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The Most Sustainable Decoration?

We’re about a week away to Christmas and if you have yet to start assembling your Christmas tree and decorating your home/office, well, you’re already late!

I love decorating spaces. Whether it is my home or my office, I love adding that personal touch to make where I work and live that little bit cosier. Festive seasons excite me because there’s a theme I can play around with. Christmas? Think santa, Christmas tree, presents, snowflakes, reindeer, snowman, crackers, baubles and tinsels!

Yet, precisely because it is so seasonal, I hate purchasing dedicated ornaments. Festive ornaments are hardly versatile, they can only be reused in another year’s time when the same holiday comes around. If not kept away in storage, taking up space and left to be forgotten, they go straight into the bin once the festivities are over, never seeing light again.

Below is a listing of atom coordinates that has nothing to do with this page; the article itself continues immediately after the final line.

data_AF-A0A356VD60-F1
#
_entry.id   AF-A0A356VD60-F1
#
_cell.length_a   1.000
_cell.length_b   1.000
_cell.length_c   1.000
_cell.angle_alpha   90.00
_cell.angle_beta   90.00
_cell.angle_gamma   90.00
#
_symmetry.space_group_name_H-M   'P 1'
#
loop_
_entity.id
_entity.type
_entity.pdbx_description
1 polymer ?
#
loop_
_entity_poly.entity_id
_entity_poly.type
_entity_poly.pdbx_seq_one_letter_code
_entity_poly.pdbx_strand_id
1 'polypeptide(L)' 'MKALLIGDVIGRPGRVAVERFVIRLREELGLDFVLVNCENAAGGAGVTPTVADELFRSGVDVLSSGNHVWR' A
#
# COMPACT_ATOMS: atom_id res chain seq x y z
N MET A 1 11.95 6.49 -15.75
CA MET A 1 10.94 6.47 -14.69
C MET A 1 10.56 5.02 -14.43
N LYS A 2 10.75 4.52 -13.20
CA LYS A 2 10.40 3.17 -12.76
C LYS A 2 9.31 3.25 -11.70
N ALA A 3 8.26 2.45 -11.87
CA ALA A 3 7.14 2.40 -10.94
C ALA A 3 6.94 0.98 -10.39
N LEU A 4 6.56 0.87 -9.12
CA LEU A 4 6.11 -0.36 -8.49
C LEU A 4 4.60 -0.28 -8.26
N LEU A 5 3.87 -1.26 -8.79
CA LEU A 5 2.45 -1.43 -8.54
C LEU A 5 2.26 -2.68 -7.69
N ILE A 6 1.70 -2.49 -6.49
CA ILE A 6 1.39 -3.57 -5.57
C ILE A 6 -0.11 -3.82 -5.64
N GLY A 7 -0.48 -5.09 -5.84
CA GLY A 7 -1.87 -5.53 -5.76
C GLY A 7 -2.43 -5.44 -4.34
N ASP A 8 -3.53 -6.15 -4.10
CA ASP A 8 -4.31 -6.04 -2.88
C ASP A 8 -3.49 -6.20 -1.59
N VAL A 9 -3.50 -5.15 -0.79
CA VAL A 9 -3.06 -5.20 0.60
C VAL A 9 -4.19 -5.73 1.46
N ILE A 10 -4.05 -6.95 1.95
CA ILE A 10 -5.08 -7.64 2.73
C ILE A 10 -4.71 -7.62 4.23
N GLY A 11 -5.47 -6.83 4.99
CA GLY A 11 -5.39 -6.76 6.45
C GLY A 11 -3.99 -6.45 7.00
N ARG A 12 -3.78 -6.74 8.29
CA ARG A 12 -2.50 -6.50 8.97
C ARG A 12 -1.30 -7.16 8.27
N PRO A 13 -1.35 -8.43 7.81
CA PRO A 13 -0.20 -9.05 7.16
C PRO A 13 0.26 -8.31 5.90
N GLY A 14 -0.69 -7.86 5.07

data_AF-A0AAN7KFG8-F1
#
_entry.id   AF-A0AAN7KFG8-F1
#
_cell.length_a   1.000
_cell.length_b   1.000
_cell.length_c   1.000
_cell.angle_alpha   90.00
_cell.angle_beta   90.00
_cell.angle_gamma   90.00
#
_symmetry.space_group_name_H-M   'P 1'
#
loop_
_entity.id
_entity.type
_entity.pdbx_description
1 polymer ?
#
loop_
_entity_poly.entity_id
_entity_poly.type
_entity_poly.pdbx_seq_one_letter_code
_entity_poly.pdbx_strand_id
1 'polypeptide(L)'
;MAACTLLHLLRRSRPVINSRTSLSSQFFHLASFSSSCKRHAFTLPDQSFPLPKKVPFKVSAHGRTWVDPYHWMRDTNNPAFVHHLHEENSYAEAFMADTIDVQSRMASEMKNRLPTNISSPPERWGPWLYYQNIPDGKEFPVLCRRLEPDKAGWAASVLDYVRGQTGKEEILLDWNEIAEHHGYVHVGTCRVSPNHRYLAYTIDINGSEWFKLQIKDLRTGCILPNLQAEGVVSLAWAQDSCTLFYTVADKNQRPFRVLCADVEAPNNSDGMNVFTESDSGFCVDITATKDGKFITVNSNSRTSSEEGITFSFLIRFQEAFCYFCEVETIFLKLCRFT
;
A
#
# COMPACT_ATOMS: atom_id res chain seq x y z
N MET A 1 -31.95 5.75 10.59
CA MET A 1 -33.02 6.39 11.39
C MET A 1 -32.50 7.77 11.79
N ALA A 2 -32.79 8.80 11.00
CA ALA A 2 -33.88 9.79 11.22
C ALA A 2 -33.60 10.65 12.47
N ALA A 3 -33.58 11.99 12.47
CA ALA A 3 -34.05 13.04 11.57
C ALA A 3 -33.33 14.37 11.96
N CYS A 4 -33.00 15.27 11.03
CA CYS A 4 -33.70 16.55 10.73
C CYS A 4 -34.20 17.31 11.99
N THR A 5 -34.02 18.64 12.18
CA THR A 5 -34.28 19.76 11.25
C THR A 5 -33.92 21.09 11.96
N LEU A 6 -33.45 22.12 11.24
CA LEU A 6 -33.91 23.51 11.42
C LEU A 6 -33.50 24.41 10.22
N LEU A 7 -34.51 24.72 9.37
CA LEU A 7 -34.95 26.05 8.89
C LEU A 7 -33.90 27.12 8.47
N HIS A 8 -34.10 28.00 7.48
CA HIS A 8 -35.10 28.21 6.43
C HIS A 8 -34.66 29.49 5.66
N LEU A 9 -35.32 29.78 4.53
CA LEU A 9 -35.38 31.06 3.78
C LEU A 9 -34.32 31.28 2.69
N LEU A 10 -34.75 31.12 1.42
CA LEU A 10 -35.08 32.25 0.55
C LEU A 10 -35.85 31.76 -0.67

So I didn’t want to buy any decorations for Christmas this year, because I didn’t want to store nor waste resources. I went to Pinterest to get some inspiration, and while scrolling, it hit me –

Origami is the answer. 


Origami, the Japanese art of paper folding, fundamentally needs just one material, and it is recyclable: paper. (Go for your newspapers and waste papers, give them a second life.) Minimal tape and glue, if any even. With a few folds and twists, viola, the flower is blooming. Play with your imagination and the possibilities are infinite!

Here are 7 ideas for a ho-ho-holly Christmas!

  1. Star garland
  2. Christmas baubles
  3. Origami Santa Claus
  4. Christmas wreath
  5. Paper reindeer
  6. Gift boxes
  7. Adorable penguin

In lieu of Chinese New Year that is arriving very soon in January 2020, I have also picked up some cool projects you might be interested in, some reusing old ang paos:

  1. Paper cai shen ye
  2. Fortune cookies
  3. Mandarin orange ornaments
  4. Kusudama lantern
  5. Koi fish 

Time to get crafty and welcome the holidays with a spirit of sustainability!

Pro tip: if need be, go for staples over tape or glue. In Singapore, our incinerators have magnets to pick up and recycle metals. It might be marginal help, but it’s help nonetheless.

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